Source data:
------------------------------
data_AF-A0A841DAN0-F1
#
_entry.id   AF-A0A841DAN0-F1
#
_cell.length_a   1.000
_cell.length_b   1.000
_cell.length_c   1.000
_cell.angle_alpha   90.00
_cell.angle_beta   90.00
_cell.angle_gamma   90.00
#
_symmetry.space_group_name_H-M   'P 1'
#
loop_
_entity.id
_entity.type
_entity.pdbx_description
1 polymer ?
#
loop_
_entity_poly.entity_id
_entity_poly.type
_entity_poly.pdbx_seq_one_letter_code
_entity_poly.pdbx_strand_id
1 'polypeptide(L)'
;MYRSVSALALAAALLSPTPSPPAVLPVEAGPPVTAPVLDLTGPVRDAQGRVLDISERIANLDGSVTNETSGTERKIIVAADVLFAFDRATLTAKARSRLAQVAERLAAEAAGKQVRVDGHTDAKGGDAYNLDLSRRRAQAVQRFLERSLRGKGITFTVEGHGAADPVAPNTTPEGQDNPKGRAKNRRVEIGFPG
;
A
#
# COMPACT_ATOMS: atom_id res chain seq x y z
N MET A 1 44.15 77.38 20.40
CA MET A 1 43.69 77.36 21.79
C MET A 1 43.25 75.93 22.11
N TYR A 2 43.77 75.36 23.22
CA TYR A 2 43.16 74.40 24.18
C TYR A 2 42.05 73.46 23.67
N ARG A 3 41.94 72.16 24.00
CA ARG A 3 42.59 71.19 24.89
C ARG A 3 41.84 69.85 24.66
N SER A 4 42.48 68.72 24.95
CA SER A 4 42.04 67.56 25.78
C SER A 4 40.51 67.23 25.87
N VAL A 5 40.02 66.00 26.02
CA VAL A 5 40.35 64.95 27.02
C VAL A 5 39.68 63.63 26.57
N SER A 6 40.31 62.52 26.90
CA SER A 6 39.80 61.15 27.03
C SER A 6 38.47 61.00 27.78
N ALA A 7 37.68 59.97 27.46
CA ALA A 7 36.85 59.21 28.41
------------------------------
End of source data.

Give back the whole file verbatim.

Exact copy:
data_AF-A0A841DAN0-F1
#
_entry.id   AF-A0A841DAN0-F1
#
_cell.length_a   1.000
_cell.length_b   1.000
_cell.length_c   1.000
_cell.angle_alpha   90.00
_cell.angle_beta   90.00
_cell.angle_gamma   90.00
#
_symmetry.space_group_name_H-M   'P 1'
#
loop_
_entity.id
_entity.type
_entity.pdbx_description
1 polymer ?
#
loop_
_entity_poly.entity_id
_entity_poly.type
_entity_poly.pdbx_seq_one_letter_code
_entity_poly.pdbx_strand_id
1 'polypeptide(L)'
;MYRSVSALALAAALLSPTPSPPAVLPVEAGPPVTAPVLDLTGPVRDAQGRVLDISERIANLDGSVTNETSGTERKIIVAADVLFAFDRATLTAKARSRLAQVAERLAAEAAGKQVRVDGHTDAKGGDAYNLDLSRRRAQAVQRFLERSLRGKGITFTVEGHGAADPVAPNTTPEGQDNPKGRAKNRRVEIGFPG
;
A
#
# COMPACT_ATOMS: atom_id res chain seq x y z
N MET A 1 44.15 77.38 20.40
CA MET A 1 43.69 77.36 21.79
C MET A 1 43.25 75.93 22.11
N TYR A 2 43.77 75.36 23.22
CA TYR A 2 43.16 74.40 24.18
C TYR A 2 42.05 73.46 23.67
N ARG A 3 41.94 72.16 24.00
CA ARG A 3 42.59 71.19 24.89
C ARG A 3 41.84 69.85 24.66
N SER A 4 42.48 68.72 24.95
CA SER A 4 42.04 67.56 25.78
C SER A 4 40.51 67.23 25.87
N VAL A 5 40.02 66.00 26.02
CA VAL A 5 40.35 64.95 27.02
C VAL A 5 39.68 63.63 26.57
N SER A 6 40.31 62.52 26.90
CA SER A 6 39.80 61.15 27.03
C SER A 6 38.47 61.00 27.78
N ALA A 7 37.68 59.97 27.46
CA ALA A 7 36.85 59.21 28.41